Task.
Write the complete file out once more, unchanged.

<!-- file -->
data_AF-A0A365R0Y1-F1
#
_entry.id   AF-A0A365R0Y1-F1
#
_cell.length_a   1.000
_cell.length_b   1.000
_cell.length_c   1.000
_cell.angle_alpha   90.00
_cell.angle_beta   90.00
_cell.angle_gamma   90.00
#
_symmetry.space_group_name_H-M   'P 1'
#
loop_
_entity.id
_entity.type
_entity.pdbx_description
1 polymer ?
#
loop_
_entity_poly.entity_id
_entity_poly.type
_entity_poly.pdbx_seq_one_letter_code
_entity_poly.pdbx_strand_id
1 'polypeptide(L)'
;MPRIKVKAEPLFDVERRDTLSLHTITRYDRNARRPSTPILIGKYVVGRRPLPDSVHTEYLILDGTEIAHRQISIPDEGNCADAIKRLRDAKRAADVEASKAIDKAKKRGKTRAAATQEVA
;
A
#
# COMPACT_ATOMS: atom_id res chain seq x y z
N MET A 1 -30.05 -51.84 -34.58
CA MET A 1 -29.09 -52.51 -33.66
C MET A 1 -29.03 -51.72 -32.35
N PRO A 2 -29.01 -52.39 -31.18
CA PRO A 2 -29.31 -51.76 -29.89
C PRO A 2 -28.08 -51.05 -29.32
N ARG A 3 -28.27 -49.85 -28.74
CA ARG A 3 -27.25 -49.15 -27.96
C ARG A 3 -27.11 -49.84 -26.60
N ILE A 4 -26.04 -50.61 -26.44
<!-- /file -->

data_AF-A0A365R0Y1-F1
#
_entry.id   AF-A0A365R0Y1-F1
#
_cell.length_a   1.000
_cell.length_b   1.000
_cell.length_c   1.000
_cell.angle_alpha   90.00
_cell.angle_beta   90.00
_cell.angle_gamma   90.00
#
_symmetry.space_group_name_H-M   'P 1'
#
loop_
_entity.id
_entity.type
_entity.pdbx_description
1 polymer ?
#
loop_
_entity_poly.entity_id
_entity_poly.type
_entity_poly.pdbx_seq_one_letter_code
_entity_poly.pdbx_strand_id
1 'polypeptide(L)'
;MPRIKVKAEPLFDVERRDTLSLHTITRYDRNARRPSTPILIGKYVVGRRPLPDSVHTEYLILDGTEIAHRQISIPDEGNCADAIKRLRDAKRAADVEASKAIDKAKKRGKTRAAATQEVA
;
A
#
# COMPACT_ATOMS: atom_id res chain seq x y z
N MET A 1 -30.05 -51.84 -34.58
CA MET A 1 -29.09 -52.51 -33.66
C MET A 1 -29.03 -51.72 -32.35
N PRO A 2 -29.01 -52.39 -31.18
CA PRO A 2 -29.31 -51.76 -29.89
C PRO A 2 -28.08 -51.05 -29.32
N ARG A 3 -28.27 -49.85 -28.74
CA ARG A 3 -27.25 -49.15 -27.96
C ARG A 3 -27.11 -49.84 -26.60
N ILE A 4 -26.04 -50.61 -26.44